Tanzania’s untapped renewable energy potential can provide solutions to supply the 9 GW of additional power the country will need by 2035, according to a new report.
The Renewable Energy in Africa: Tanzania Country Profile, presented on Thursday, shows that the country’s geothermal power potential surpasses 650 MW and that just 3% of its small hydropower potential, estimated at 480 MW, has been captured so far. In addition, Tanzania has 2,800-3,500 hours of sunshine per year and the solar sector presents good opportunities. There are also “promising wind resources” and several companies are already considering investments in wind farms in the 50 MW-100 MW range.
Tanzania’s installed power capacity in early 2014 was 1,591 MW. Under the business-as-usual situation, the country will need 9 GW of new power by 2035 to meet demand and compensate for older plants. The current Power Sector Master Plan (PSMP) envisages an energy mix with 41% coal, 35% large hydro, 21% oil and gas, and just 3% renewables.
What is important to point out is that Tanzania’s main electricity demand centres are located far from major gas and coal areas so transmission costs and losses are sure to be high. “This — combined with the risks associated with over-dependence on large hydro — makes a portfolio of highly diversified power sources with a wide geographical spread highly desirable,” says the report, prepared by the African Development Bank in partnership with the Climate Investment Funds (CIF) and the Government of Tanzania.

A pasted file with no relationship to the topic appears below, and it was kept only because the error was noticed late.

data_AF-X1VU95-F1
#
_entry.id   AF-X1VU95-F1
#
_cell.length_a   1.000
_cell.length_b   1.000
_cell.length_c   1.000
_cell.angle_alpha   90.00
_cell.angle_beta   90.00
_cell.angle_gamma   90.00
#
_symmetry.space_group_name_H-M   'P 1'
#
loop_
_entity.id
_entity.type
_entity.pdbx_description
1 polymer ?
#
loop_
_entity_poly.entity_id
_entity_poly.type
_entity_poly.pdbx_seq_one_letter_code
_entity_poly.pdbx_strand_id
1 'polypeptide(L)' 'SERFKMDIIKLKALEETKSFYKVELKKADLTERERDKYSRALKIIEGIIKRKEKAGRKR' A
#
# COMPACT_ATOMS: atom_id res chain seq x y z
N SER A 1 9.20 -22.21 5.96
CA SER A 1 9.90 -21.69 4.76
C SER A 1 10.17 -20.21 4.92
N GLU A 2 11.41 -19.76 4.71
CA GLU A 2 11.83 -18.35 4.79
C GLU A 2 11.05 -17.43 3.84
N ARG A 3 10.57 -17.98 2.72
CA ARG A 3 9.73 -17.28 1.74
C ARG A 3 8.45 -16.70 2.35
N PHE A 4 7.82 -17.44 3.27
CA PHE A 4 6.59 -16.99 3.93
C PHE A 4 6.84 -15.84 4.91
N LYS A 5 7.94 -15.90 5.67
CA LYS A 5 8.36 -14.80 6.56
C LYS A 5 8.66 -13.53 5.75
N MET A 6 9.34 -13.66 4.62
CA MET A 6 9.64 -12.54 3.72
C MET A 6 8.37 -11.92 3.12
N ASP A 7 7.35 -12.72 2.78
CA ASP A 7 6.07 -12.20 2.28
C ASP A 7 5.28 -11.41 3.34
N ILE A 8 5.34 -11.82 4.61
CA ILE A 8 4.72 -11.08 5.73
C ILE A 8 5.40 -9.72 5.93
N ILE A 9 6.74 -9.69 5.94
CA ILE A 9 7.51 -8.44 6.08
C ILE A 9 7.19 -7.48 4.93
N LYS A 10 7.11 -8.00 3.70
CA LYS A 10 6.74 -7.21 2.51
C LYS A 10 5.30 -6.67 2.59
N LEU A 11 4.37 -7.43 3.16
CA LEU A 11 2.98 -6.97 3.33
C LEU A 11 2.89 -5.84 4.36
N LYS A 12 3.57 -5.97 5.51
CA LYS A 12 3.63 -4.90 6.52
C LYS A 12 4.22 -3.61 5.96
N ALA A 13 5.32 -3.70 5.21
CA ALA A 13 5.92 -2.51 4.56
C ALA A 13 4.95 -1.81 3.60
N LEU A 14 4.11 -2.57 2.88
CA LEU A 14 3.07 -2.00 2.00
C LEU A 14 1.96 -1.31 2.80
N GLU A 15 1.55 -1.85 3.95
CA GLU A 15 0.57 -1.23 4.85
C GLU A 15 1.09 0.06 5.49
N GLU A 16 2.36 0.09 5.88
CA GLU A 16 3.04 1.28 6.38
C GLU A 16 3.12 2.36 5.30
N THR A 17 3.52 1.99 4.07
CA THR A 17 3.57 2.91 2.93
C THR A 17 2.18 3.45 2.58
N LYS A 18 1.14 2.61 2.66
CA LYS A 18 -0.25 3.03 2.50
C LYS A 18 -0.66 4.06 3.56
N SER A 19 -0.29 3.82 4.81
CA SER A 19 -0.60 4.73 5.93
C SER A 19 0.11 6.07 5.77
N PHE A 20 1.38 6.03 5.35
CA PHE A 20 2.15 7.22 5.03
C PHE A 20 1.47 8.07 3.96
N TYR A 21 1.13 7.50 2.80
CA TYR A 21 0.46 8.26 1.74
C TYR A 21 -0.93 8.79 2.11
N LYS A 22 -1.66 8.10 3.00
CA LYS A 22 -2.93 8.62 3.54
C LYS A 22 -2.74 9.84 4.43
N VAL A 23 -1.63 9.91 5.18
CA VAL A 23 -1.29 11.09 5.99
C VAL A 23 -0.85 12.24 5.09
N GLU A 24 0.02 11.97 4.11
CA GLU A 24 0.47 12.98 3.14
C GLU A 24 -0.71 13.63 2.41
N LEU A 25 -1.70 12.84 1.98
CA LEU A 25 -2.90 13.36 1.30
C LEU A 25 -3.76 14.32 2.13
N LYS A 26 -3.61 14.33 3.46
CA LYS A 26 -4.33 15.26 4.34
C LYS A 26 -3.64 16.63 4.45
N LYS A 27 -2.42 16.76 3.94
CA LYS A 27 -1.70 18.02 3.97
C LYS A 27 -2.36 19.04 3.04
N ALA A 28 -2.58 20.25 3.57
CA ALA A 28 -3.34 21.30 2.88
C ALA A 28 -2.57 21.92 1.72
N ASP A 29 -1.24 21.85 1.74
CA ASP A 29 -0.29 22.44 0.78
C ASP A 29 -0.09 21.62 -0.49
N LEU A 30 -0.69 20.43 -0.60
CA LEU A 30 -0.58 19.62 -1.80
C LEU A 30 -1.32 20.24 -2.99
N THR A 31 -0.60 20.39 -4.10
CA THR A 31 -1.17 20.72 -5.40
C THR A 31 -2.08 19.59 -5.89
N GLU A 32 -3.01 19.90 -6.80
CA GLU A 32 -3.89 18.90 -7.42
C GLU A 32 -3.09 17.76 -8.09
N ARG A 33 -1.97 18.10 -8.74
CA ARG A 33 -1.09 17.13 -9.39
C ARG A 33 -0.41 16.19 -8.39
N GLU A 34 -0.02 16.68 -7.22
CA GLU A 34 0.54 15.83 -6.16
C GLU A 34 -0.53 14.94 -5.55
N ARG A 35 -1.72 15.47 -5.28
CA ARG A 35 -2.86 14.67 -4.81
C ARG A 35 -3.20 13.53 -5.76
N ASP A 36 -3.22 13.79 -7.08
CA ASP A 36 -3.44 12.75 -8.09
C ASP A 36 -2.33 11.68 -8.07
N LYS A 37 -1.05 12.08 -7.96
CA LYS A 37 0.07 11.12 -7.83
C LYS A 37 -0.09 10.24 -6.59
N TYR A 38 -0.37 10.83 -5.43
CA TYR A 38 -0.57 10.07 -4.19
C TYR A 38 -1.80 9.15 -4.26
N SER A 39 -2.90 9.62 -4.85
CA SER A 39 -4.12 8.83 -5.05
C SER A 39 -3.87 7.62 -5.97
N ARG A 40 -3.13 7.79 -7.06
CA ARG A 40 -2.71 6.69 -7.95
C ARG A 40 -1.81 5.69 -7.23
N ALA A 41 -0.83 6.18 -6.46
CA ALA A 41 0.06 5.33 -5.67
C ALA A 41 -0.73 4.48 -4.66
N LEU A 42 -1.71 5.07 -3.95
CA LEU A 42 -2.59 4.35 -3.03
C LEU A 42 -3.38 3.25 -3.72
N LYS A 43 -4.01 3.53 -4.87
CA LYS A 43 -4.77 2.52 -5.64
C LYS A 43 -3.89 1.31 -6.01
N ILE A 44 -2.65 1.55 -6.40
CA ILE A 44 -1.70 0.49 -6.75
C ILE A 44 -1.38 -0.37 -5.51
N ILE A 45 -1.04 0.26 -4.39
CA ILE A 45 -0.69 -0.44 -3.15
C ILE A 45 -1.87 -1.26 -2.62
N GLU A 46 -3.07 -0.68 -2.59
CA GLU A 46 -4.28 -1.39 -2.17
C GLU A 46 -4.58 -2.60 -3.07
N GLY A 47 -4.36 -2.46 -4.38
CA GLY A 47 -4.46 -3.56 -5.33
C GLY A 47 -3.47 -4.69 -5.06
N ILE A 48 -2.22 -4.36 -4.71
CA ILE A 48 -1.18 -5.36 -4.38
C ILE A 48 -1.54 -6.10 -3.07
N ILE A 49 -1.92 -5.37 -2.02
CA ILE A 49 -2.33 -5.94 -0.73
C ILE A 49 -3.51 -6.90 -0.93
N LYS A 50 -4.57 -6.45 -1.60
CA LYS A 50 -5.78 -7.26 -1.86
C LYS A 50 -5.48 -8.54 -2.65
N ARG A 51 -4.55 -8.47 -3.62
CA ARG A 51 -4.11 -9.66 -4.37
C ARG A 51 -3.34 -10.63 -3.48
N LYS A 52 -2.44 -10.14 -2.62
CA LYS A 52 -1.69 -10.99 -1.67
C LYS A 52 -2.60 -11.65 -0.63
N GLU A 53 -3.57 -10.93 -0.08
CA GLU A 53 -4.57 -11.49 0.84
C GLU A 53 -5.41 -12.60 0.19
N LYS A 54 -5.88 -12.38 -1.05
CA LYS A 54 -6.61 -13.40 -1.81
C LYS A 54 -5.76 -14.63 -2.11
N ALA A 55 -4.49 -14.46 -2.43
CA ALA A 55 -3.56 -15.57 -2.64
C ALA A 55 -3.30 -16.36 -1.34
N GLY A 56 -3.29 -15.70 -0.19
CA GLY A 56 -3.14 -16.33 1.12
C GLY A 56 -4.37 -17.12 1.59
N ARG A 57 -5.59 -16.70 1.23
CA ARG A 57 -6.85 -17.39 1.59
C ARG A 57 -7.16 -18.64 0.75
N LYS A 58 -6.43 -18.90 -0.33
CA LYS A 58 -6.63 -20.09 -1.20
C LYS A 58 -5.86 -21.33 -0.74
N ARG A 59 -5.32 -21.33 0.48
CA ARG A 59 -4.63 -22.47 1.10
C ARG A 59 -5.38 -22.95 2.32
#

The obstacles to renewable energy development in the country that need to be overcome include institutional, regulatory and legal constraints, the lack of capacity and knowledge and economic and financial challenges.